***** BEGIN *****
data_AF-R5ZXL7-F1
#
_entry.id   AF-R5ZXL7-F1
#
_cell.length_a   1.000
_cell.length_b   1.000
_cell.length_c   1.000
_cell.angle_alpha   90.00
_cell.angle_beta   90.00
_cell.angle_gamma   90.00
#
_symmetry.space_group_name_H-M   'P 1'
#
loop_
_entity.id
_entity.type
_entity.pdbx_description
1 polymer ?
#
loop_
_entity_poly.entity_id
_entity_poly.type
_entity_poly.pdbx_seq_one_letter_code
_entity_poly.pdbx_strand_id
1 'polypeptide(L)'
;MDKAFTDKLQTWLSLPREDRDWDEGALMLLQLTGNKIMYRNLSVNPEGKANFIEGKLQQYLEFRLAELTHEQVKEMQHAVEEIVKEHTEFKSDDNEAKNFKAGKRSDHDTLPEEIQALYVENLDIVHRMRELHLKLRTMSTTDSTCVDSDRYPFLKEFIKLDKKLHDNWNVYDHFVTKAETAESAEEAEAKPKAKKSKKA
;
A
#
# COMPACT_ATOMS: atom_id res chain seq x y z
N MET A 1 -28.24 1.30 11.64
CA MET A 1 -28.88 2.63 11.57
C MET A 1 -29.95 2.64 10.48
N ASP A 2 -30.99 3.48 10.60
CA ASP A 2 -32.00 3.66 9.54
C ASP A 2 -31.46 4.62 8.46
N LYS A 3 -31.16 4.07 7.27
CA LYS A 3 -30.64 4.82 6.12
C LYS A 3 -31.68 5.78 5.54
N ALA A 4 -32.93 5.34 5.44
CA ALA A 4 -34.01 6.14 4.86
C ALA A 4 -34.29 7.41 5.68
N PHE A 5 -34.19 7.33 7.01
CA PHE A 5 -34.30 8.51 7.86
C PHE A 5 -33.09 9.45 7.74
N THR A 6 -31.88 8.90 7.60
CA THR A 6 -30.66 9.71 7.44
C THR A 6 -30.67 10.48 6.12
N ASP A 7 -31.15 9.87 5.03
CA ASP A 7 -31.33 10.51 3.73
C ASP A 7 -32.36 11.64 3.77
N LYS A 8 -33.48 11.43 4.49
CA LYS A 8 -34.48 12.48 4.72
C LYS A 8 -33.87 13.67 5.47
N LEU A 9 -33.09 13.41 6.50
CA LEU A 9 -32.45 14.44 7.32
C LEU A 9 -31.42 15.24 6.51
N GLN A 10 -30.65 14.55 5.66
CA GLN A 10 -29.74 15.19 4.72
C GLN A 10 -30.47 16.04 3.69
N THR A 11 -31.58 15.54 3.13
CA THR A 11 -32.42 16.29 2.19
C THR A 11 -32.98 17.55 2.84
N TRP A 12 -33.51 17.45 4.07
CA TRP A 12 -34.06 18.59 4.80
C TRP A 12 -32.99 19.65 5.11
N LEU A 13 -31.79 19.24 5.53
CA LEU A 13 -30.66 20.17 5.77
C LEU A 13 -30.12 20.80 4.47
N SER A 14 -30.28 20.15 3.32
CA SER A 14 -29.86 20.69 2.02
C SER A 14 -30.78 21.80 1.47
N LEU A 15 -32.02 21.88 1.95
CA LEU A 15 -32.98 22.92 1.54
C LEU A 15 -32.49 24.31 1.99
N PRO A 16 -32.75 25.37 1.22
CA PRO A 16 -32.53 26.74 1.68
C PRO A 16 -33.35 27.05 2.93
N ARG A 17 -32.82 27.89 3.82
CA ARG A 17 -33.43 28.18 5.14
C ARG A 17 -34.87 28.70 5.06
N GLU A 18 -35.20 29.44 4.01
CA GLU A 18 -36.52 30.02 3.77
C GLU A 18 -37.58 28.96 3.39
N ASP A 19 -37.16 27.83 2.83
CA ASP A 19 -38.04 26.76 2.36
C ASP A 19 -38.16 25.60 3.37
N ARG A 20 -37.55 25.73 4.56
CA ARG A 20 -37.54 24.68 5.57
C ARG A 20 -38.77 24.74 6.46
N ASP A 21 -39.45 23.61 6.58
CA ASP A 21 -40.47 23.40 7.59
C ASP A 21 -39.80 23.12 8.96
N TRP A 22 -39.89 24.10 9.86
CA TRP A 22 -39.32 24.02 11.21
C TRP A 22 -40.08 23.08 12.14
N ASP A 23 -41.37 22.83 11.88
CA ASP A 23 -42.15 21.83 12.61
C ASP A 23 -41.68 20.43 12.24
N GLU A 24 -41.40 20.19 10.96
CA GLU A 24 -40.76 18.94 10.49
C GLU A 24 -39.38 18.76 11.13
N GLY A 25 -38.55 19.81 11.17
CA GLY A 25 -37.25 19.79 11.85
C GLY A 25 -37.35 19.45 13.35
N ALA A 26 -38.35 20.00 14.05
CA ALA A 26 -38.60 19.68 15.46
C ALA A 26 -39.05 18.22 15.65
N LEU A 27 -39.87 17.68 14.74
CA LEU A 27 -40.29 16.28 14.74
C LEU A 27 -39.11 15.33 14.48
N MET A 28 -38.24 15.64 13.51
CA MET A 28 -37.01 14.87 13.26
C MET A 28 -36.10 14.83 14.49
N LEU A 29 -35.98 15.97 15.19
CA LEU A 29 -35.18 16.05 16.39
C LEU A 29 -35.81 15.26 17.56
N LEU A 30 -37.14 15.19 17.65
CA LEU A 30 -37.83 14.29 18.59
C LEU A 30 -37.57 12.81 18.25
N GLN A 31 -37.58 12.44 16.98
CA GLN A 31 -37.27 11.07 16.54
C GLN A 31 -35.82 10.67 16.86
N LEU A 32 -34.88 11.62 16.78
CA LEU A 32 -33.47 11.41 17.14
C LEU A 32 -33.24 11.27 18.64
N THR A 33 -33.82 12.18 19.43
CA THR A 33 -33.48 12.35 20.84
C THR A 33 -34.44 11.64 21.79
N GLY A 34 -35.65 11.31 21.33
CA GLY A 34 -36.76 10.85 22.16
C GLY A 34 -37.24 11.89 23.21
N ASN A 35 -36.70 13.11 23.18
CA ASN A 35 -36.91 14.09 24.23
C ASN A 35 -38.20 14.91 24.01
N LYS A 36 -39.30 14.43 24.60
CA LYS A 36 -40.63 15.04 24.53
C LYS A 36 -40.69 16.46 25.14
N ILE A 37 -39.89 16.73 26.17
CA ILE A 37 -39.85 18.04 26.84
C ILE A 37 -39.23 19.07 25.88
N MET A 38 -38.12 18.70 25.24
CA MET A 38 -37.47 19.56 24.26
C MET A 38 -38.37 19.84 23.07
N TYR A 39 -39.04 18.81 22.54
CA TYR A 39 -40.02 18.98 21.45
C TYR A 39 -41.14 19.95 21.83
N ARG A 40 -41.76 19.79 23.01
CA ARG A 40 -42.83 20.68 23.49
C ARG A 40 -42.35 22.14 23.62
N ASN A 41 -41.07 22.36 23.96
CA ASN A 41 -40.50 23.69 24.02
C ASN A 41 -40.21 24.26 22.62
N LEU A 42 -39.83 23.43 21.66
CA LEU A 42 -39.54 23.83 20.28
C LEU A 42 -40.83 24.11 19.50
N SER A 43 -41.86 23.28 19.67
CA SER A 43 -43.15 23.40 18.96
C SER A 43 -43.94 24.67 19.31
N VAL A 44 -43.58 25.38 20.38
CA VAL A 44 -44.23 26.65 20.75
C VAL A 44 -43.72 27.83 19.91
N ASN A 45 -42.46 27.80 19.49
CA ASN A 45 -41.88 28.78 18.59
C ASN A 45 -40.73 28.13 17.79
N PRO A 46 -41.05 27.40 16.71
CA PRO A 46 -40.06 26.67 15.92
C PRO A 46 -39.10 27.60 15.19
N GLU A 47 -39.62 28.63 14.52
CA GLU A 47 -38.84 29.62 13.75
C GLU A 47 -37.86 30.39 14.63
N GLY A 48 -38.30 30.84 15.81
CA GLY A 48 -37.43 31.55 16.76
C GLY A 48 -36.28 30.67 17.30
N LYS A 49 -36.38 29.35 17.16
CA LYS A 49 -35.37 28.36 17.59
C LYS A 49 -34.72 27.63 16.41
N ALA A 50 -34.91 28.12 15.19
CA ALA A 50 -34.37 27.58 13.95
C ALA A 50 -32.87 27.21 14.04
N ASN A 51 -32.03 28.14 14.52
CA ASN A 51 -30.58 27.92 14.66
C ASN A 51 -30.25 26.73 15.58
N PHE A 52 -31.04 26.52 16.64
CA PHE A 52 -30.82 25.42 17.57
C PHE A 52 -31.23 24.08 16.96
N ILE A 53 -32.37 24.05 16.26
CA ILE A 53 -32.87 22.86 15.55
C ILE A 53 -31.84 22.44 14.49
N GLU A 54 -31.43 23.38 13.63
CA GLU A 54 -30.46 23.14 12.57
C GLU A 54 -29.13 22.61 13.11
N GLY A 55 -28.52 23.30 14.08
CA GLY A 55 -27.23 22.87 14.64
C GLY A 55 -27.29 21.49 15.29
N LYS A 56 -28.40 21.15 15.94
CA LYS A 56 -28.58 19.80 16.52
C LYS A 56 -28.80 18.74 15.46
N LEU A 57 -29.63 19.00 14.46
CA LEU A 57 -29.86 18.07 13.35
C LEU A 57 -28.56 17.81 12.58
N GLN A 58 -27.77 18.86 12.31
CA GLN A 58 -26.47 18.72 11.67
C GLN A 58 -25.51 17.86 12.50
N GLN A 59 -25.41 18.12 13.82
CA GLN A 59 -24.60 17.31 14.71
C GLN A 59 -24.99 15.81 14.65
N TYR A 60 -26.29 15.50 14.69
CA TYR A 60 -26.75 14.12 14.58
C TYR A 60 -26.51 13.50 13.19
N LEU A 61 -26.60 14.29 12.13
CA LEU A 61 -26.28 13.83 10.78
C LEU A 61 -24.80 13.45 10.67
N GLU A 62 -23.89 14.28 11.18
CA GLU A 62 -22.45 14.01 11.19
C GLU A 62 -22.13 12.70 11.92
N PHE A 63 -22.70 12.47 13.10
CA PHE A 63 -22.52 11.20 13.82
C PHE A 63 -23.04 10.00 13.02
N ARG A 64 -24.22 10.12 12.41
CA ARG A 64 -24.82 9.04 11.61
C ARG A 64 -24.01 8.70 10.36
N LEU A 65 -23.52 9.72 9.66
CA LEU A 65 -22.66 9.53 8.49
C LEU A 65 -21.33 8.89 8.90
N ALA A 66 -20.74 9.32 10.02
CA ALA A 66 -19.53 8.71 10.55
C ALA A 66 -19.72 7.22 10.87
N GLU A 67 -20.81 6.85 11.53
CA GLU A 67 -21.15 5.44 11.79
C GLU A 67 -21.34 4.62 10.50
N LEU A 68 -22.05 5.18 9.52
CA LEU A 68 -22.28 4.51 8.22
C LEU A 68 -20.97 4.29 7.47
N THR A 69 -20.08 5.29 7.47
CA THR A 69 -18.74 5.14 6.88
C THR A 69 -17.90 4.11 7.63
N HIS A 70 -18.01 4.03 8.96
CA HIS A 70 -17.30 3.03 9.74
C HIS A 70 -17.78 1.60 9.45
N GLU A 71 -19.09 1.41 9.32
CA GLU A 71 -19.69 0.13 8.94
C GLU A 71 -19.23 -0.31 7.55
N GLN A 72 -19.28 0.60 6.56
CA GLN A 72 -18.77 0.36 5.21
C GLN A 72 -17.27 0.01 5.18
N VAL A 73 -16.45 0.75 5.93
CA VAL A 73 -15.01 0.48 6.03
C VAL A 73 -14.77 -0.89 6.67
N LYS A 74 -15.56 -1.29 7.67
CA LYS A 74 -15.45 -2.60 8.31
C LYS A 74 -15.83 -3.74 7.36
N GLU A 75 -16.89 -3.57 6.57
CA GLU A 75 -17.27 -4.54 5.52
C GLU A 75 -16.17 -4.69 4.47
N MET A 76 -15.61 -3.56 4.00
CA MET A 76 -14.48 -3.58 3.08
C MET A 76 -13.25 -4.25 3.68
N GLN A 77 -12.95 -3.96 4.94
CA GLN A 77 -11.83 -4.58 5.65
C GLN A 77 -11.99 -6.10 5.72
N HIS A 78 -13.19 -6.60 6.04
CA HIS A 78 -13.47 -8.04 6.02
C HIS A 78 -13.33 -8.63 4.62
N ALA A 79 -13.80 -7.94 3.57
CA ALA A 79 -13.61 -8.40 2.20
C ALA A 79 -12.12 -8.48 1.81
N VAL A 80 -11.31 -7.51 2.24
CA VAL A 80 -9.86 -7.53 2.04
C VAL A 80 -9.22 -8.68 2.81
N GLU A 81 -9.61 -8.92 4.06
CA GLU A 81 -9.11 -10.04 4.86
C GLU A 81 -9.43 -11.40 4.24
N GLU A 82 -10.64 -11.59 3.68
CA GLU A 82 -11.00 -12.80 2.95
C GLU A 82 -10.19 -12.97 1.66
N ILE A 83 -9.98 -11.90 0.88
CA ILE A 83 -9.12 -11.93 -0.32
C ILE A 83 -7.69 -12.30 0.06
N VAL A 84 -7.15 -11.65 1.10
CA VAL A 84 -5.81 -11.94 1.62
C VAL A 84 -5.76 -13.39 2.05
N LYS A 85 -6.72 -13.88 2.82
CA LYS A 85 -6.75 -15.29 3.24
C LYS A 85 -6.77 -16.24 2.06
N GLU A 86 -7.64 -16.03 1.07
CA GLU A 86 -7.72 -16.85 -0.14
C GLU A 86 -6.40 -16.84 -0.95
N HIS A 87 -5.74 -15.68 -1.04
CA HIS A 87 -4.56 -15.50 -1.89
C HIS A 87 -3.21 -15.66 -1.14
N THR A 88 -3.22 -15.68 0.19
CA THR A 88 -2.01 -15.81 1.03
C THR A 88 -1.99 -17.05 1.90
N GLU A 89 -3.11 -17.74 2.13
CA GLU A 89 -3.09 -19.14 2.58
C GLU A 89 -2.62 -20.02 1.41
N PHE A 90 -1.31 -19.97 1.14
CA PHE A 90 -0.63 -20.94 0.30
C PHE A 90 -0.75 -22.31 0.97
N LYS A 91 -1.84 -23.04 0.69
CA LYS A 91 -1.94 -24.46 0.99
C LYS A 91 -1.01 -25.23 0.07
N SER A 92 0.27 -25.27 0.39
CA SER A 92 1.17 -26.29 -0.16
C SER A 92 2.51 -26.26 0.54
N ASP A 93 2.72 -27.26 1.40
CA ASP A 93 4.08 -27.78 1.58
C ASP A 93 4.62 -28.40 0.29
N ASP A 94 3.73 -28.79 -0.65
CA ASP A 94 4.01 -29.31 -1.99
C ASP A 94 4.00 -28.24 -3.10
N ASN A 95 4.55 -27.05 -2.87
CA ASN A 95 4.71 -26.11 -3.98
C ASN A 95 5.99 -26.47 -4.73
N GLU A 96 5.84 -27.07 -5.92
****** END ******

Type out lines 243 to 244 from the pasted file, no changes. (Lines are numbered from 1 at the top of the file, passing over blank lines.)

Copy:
C GLU A 71 -19.23 -0.31 7.55
N GLN A 72 -19.28 0.60 6.56